The Chatter

Pratt Contemporaries Celebrate 10 Years of Philanthropy

Local nonprofit provides funding for literacy programs in Baltimore.

Known for its annual, sold-out Black & White party, the Pratt Contemporaries is more than just an organization that throws a great shindig. The nonprofit, now in its 10th year, has raised more than  $1 million for child and teen literacy programs at the Enoch Pratt Free Library since its inception.

Over a decade ago, library members under the direction of Carla Hayden approached two volunteers, Kate Powell and Chris Espenshade, to create an organization that would bring young donors into the library.

“At the time, I really didn’t know what that was going to look like,” said Powell, who is now the co-founder of Pratt Contemporaries. “We didn’t know each other. We’ve become best friends since, which has been such a perk of this whole thing.”

The two women began the process by forming a committee of 12, including former director of communications Roswell Encina, who was also instrumental in getting the group started. At that first meeting—held at the former Red Maple space in Mt. Vernon—the committee decided that individuals could purchase a membership for just $40, and have access to the library’s events throughout the year.

“The idea behind it was to engage younger people to have them learn about the library,” Powell said. “There’s this huge gap in time when people use the library. So part of the mission was to get people in their 20s, 30s, and 40s to just use the library.”

At this year’s annual meeting, held on June 1, Pratt Contemporaries unveiled its new logo and awarded $180,000 to 12 different literacy and improvement initiatives for the Enoch Pratt Free Library.

But deciding which specific programs to fund is never an easy task, according to board chair Jacob Hodes. The board tasks the librarians at each branch to come up with a list of programs that would be beneficial to the patrons and then Pratt Contemporaries members vote town-hall style.

“It’s like choosing your favorite child—they are all great programs,” Hodes said. “You can’t fund everything, there are a limited amount of dollars in every budget.”

Ned Courtemanche, board vice chair of Pratt Contemporaries, said that no matter what programs are chosen, they are making a tangible impact for the community.

“Personally, I always love STEM program funding,” Courtemanche said. “The second one always surprises me, because it’s so important but you don’t think about, is money for transportation. It’s something that is surprisingly expensive.”

One of the greatest obstacles for the library is actually getting students to the locations. For the 2018 year, $27,500 will be allocated to provide free buses to solve that problem. The STEM program—focusing on science, technology, engineering, and math education—will receive $20,000 for year-round programming, another $25,000 will go towards branch improvements, and a whopping $50,000 is reserved to go towards the renovation campaign of the central branch on Cathedral Street.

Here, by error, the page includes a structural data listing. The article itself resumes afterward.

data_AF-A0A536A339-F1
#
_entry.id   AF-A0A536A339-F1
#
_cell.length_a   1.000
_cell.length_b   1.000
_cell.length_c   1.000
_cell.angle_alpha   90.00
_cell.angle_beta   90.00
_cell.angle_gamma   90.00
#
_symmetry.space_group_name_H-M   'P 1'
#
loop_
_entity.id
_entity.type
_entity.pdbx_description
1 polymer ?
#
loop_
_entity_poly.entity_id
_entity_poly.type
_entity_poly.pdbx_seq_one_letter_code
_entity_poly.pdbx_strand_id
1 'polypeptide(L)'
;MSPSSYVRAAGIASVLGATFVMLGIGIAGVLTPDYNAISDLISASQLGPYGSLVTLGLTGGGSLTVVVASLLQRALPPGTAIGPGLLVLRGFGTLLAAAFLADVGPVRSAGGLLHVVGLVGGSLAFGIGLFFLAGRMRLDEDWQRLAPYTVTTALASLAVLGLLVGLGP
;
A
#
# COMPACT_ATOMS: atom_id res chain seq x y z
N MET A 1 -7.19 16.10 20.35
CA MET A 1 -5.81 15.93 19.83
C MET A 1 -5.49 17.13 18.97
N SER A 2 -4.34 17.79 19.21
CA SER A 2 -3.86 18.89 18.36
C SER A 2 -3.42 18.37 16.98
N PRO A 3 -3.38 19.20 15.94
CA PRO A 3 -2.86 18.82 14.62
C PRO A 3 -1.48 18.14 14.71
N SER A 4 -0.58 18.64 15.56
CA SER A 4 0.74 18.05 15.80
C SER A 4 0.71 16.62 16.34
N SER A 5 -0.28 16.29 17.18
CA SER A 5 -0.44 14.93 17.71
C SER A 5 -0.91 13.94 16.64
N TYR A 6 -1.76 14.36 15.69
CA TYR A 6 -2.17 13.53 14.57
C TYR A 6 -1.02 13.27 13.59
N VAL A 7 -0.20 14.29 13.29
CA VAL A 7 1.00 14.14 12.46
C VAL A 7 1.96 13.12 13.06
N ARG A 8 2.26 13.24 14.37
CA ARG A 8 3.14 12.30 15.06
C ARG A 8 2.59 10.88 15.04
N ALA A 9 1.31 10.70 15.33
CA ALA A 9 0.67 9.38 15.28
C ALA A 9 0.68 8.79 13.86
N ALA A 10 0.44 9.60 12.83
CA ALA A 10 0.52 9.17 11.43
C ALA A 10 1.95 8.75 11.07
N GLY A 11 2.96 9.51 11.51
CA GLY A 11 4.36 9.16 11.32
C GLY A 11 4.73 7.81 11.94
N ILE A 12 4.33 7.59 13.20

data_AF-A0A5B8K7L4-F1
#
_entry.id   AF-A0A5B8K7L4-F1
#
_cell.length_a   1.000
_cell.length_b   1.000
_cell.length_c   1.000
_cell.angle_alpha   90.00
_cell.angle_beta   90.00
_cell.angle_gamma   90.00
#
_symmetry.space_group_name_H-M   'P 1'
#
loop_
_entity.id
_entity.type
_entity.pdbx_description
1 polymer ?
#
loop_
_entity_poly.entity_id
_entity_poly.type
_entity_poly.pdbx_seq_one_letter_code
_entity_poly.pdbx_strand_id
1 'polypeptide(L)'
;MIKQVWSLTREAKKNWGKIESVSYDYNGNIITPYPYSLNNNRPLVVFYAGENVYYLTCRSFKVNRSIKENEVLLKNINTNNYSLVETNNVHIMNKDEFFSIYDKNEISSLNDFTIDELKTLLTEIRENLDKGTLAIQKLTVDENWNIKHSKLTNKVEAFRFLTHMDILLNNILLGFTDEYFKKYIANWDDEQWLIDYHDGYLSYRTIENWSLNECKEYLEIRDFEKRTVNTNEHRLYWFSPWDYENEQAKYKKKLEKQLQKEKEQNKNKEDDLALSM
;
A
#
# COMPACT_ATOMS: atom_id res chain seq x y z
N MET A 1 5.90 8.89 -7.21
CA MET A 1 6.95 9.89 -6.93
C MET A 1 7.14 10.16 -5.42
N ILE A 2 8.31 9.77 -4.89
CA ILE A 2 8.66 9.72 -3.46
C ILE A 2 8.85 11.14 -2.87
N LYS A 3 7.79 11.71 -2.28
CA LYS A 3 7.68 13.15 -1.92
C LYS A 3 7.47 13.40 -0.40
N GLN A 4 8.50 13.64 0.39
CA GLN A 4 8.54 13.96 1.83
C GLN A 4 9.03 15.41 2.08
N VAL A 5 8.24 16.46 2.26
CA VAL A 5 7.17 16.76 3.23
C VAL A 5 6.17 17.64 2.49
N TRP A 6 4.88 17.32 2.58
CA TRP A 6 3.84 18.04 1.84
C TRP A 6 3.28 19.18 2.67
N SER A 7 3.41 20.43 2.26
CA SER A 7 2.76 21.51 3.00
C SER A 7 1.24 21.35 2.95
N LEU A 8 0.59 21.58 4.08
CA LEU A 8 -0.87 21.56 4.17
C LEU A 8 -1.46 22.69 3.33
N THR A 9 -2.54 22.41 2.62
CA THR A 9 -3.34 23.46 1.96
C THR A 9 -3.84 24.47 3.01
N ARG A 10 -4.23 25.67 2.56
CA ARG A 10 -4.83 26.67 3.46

“The Pratt Contemporaries mission is to bring people into the library that wouldn’t otherwise come,” Hodes explained. “We want people to really see the benefits, learn about the programs, and really become ambassadors of all the great things that Pratt is doing.”

Over the years, that initial committee of 12 became a board of 18, and the Pratt Contemporaries now has more than 300 members. Members pay dues depending on their level and also get special perks, like first dibs on tickets to the famed Black & White Party every January.

“The party has really been the leader on the membership side. Becoming a member is really the only way to guarantee a ticket,” Hodes said. “We’re lucky that it’s a nimble way that we can raise funds and capital for the library.”

When Powell and Espenshade began this endeavor, they never imagined it would blossom into what it is now. Powell said that she is pleased with the direction the organization has taken and is excited to see what the future holds.

“Chris and I have really stepped back from being a part of the leadership. We are just members now,” Powell said. “The coolest thing about starting something is when you can leave it in really good hands and watch it continue to grow. It’s incredible.”

On July 1, Hodes will pass the baton over to Courtemanche and he will begin his leadership role as board chair. His goal for the group hasn’t wavered from a decade ago—to empower young professionals to get involved with the progression of the city.

“We can always remind people that the library is not just the responsibility of the city,” Courtemanche said. “The people of Baltimore really have to step up and make sure we take care of something that is essential to the growth of Baltimore.”